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ARS Home » Midwest Area » Ames, Iowa » National Animal Disease Center » Food Safety and Enteric Pathogens Research » Research » Publications at this Location » Publication #381638

Research Project: Intestinal Microbial Ecology and Metagenomic Strategies to Reduce Antibiotic Resistance and Foodborne Pathogens

Location: Food Safety and Enteric Pathogens Research

Title: Butyrate alters lipopolysaccharide-induced inflammatory response by porcine monocytes

item BECKER, SAGE - Orise Fellow
item Byrne, Kristen
item Loving, Crystal

Submitted to: Meeting Abstract
Publication Type: Abstract Only
Publication Acceptance Date: 5/15/2021
Publication Date: N/A
Citation: N/A

Interpretive Summary:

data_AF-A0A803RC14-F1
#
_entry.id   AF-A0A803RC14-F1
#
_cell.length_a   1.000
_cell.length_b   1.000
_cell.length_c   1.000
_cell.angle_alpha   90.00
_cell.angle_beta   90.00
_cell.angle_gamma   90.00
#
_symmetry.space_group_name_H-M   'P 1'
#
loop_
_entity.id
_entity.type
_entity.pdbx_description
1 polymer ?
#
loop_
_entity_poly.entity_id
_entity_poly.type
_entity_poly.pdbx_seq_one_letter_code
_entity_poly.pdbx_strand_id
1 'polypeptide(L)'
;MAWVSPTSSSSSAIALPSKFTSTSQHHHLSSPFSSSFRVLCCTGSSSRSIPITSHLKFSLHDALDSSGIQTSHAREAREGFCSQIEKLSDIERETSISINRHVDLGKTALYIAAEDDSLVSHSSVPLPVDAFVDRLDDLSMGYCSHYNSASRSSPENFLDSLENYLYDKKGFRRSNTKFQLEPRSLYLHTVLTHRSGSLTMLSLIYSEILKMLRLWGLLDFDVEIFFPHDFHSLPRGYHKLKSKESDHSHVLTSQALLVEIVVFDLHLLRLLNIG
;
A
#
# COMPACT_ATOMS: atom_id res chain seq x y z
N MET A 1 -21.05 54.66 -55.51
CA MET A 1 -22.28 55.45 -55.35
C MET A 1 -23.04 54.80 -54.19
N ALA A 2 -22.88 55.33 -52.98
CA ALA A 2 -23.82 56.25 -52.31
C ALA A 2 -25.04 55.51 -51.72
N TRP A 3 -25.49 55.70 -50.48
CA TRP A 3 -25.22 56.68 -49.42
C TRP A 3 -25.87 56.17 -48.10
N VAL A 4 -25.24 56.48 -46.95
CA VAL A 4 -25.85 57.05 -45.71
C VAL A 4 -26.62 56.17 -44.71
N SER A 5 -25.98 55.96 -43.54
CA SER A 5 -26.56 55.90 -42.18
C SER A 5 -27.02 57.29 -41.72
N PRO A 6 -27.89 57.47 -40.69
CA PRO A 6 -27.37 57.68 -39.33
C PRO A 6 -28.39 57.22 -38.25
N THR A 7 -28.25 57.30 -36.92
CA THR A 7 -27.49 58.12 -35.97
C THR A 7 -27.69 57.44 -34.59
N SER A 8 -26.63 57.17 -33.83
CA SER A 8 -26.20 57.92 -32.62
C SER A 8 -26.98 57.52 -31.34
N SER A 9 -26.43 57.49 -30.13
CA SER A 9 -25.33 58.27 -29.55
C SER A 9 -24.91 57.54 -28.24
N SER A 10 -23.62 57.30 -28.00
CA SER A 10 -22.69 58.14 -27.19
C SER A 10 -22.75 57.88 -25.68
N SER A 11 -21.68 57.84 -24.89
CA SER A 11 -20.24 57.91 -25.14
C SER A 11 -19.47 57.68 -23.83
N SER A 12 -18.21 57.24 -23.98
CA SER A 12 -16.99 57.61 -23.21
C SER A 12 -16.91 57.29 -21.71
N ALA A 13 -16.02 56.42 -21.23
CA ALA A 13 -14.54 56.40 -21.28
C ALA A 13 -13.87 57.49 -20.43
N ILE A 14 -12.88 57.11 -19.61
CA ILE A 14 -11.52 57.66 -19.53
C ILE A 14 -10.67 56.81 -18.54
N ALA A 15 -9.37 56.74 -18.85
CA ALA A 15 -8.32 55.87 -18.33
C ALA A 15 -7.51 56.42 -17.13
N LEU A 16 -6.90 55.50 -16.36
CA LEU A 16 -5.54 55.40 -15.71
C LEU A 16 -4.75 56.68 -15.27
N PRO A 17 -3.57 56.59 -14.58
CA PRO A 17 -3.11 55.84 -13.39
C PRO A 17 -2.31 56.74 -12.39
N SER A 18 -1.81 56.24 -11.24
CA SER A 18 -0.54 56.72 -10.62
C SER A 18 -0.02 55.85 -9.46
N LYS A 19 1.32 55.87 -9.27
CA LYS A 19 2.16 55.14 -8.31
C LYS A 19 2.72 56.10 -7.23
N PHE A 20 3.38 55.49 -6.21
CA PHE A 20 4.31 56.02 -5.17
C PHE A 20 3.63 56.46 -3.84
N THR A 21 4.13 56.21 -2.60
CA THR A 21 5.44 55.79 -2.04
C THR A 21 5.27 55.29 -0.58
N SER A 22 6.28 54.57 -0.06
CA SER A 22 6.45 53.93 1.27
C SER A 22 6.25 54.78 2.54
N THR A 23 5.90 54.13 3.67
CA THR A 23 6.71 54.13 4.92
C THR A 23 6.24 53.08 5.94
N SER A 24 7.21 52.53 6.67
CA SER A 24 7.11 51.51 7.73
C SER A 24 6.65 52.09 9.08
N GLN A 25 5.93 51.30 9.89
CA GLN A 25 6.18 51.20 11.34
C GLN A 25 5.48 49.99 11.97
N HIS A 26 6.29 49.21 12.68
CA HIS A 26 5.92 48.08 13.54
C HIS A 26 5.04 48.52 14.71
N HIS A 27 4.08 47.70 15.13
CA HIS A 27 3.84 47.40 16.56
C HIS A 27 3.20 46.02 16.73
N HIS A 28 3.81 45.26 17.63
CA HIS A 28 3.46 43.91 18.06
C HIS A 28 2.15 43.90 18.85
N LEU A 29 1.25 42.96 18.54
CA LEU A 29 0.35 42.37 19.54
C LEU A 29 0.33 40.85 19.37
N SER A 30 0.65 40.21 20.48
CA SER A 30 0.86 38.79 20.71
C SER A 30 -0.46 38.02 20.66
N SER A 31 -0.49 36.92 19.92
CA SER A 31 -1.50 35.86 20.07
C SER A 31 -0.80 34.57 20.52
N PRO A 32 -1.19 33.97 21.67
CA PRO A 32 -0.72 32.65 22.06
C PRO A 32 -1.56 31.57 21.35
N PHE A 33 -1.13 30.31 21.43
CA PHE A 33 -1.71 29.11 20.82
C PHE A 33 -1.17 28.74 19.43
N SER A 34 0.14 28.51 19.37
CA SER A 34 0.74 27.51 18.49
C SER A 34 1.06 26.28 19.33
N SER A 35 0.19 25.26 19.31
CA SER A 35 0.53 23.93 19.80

Technical Abstract: Continuous, low-level inflammation can have a negative impact on intestinal health. Butyrate is a short-chain fatty acid produced in the lower intestinal tract by microbial fermentation of dietary fibers and modulates immune cell responses through various mechanisms. Blood monocytes migrate into the intestine and respond to signals, including potential modulation by butyrate or in response to microbial components, such as lipopolysaccharide (LPS). To investigate the impact of butyrate on inflammatory response to LPS, porcine monocytes were either cultured with a combination of LPS and varying butyrate concentrations or pre-treated with butyrate before LPS exposure. Independent of butyrate, LPS stimulation of monocytes induced IL-1 beta and TNF production. Monocytes cultured just three hours (h) prior to LPS stimulation had reduced overall cytokine production, suggesting rapid phenotypic changes in monocytes. Butyrate had varying effects on the amount of cytokine produced in response to LPS. Specifically, low butyrate concentrations (0.25mM) limited IL-1 beta production, but did not impact TNF production. Higher butyrate concentrations (greater than 4mM) limited TNF production to LPS stimulation. Pre-treatment of monocytes with butyrate for 3 h prior to LPS stimulation altered IL-1 beta production. Pre-treatment with 0.25 mM butyrate did not limit IL-1 beta production, but concentrations greater than 4mM did. In conclusion, reduction of LPS-induced cytokine production by porcine monocytes was dependent on butyrate concentration and exposure time relative to LPS exposure. Further work is ongoing to understand the mechanism of butyrate modulation of pig monocytes and inflammatory response to LPS for potential application in vivo.